Ohio State returns to form with return of Wells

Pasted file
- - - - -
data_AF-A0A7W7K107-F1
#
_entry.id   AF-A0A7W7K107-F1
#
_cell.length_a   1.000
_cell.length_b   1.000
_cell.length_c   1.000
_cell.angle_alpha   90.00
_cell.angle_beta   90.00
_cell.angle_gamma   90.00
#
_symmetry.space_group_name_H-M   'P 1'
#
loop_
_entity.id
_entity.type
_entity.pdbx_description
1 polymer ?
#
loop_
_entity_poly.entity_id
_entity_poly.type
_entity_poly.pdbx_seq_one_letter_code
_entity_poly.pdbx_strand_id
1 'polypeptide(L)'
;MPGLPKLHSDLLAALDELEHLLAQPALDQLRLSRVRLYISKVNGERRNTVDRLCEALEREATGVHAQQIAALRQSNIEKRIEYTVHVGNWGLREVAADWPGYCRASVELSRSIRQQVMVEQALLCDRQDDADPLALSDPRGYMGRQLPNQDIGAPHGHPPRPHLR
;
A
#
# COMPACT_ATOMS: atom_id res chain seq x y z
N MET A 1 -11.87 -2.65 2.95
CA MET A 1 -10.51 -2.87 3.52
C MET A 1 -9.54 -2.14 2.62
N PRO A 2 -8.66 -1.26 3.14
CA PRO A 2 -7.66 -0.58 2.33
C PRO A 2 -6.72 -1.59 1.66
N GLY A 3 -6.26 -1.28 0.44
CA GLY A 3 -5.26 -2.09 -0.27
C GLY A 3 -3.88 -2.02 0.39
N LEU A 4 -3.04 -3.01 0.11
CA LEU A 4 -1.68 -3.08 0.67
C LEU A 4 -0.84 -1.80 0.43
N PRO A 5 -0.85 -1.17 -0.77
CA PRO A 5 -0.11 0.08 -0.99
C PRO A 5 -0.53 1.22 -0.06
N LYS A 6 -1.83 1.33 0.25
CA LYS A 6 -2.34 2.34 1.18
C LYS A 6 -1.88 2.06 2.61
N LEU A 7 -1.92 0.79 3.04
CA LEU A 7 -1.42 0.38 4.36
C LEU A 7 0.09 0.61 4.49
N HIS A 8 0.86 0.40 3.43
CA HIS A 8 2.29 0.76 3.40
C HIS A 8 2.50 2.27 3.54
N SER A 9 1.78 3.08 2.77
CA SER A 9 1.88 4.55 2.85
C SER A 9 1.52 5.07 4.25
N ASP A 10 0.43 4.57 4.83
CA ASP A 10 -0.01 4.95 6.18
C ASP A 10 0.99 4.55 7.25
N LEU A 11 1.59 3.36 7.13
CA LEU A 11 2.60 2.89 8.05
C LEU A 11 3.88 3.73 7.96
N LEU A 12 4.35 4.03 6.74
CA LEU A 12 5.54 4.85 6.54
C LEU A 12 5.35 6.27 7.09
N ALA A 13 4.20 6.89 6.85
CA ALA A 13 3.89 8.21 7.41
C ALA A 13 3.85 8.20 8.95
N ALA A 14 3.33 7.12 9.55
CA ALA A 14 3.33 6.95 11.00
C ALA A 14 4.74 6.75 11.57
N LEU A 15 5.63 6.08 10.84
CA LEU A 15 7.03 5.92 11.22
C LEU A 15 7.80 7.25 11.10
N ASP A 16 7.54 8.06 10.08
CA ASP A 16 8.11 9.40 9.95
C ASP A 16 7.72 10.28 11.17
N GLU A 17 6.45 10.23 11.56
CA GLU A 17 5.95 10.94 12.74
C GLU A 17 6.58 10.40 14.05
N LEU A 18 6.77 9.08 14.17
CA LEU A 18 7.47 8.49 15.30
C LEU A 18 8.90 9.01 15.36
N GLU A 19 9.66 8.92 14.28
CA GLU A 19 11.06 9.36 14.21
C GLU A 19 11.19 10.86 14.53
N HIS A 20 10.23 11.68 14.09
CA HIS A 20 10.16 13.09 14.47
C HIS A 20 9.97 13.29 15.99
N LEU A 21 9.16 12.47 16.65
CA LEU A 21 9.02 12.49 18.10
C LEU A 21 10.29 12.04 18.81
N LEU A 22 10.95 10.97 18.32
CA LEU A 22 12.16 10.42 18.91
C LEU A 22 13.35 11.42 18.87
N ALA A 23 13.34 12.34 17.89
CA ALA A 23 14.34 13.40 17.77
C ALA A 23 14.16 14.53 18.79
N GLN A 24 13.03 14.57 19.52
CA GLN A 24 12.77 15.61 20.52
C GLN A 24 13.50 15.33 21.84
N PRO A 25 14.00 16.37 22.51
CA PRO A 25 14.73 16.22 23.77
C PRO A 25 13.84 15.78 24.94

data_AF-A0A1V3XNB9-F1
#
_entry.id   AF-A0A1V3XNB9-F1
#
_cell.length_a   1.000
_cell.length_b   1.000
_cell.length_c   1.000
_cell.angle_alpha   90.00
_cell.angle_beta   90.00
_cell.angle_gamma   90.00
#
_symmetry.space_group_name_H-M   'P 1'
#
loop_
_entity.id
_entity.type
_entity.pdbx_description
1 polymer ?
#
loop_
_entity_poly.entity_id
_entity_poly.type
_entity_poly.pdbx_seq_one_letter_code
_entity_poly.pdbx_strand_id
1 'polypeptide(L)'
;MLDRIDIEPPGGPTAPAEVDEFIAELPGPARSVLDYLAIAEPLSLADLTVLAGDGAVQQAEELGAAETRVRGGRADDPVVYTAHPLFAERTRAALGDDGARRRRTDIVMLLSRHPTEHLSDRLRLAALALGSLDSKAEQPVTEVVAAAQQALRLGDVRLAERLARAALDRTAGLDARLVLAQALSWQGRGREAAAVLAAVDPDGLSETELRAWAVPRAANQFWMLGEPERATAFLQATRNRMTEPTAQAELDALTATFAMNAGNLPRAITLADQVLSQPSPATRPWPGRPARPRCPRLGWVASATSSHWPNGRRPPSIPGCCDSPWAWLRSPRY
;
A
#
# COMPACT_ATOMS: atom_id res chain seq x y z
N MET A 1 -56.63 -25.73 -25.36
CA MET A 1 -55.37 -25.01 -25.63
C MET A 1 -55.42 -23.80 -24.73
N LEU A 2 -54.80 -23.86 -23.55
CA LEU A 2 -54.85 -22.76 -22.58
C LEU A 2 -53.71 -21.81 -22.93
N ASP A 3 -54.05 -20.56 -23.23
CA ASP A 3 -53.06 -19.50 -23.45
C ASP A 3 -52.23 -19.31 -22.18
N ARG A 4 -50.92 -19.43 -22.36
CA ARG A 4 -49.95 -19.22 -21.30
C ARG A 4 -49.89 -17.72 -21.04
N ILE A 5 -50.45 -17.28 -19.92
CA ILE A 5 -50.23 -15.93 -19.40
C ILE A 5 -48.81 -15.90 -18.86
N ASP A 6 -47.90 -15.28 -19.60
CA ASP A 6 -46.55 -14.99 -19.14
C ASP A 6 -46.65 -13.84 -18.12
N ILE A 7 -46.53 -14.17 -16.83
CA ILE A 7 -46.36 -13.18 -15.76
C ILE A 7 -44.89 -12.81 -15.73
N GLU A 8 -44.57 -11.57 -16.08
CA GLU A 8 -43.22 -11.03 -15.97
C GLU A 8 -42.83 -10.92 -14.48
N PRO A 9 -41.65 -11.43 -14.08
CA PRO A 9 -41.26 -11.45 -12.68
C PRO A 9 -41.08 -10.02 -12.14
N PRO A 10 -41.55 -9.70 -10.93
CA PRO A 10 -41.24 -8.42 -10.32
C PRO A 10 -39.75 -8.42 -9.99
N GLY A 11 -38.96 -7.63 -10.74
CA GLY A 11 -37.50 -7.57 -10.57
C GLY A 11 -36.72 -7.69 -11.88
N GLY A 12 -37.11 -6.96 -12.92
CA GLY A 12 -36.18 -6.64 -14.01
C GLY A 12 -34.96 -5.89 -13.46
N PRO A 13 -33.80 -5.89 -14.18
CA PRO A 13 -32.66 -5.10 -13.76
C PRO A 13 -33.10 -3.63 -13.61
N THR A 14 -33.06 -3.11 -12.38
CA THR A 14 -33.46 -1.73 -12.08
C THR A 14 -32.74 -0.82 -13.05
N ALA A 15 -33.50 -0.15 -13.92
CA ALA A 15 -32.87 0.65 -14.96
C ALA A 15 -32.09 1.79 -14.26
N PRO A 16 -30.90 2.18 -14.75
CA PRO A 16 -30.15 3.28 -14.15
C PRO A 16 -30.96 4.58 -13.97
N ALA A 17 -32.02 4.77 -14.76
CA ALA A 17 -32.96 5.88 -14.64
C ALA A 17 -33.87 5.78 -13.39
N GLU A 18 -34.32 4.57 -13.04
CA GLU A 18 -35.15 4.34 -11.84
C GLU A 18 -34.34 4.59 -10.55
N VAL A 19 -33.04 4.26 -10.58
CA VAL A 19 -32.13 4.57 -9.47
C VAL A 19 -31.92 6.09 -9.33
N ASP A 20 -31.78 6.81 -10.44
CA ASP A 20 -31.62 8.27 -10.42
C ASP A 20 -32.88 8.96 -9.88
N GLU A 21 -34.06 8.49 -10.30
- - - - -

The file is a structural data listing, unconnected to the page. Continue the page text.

COLUMBUS, Ohio âÄî When a player has an explosive quality you canâÄôt quite put your finger on, itâÄôs called an âÄúâÄôXâÄô factor.âÄù ThereâÄôs not a name for an entire offense that has it, but after Ohio StateâÄôs performance on Saturday, perhaps there should be. HereâÄôs an idea: the âÄúBeanie factor.âÄù The Buckeyes lost running back Chris âÄúBeanieâÄù Wells to a toe injury in the third quarter of their season-opening victory over Youngstown State on Aug. 30. It was originally thought Wells would possibly be back the next week to play Ohio, but he wasnâÄôt. The toe then kept him out of Ohio StateâÄôs marquee matchup against top-ranked USC. He missed the BuckeyesâÄô final tune-up before Big Ten play against Troy as well. And in those three weeks, Ohio State began to look like any other Big Ten team âÄî not one that had won three straight conference championships and had appeared in the last two national championships. The Buckeyes trailed after three quarters against Ohio, just scraping out a 26-14 win. They were embarrassed by USC 35-3. They looked less than impressive against Troy a week ago despite a 28-10 win. In the mean time, Minnesota racked up three convincing wins. All of a sudden, toppling the perennial powerhouse didnâÄôt seem so impossible. But Thursday, Buckeyes head coach Jim Tressel announced that Wells would play. And with Wells returned Ohio StateâÄôs explosiveness. Wells only carried the ball 14 times; he broke the 100-yard mark but never found the end zone; he lost a fumble on the BuckeyesâÄô second drive of the game. Not exactly a staggering performance for a man once considered the Heisman Trophy frontrunner. âÄúI wasnâÄôt real pleased after the first couple carries because he had a so-so carry and then a turnover,âÄù Tressel said of Wells. Still, WellsâÄô playmaking ability seemed to spark the team and the crowd, and none more so than his 21-yard scamper late in the second quarter. After Wells broke into MinnesotaâÄôs secondary, Gophers sophomore strong safety Kyle Theret went low and tried to trip him up. Wells hurdled him. Ohio State senior wide receiver Brian Robiskie , who was blocking downfield and didnâÄôt see Wells, said the roar of the crowd on the play was so loud he thought Wells was headed to the end zone. âÄúUsually when they cheer heâÄôs breaking down the sideline going for a score,âÄù Robiskie said. âÄúBut I turned around and he was tackled. So IâÄôm thinking, âÄòWhat did he do for everybody to cheer?âÄôâĦ Beanie tried to tell me he was eight feet in the air.âÄù And though Wells never actually did find the end zone, he set the tone for all Ohio StateâÄôs rushers. The Buckeyes averaged a handy 7.5 yards per carry as a team, picking up 279 yards on the ground. Granted, the extent to which Wells affected Ohio StateâÄôs return to form is certainly debatable, but one fact canâÄôt be argued. With him on the field, the Buckeyes were explosive again. Ask Minnesota head coach Tim Brewster how key explosive plays are. âÄúThe name of the game is explosive plays and turnovers,âÄù Brewster said. âÄúOhio State won the explosive plays 11-3 and won the turnover battle 3-1, and thatâÄôs why they won the football game.âÄù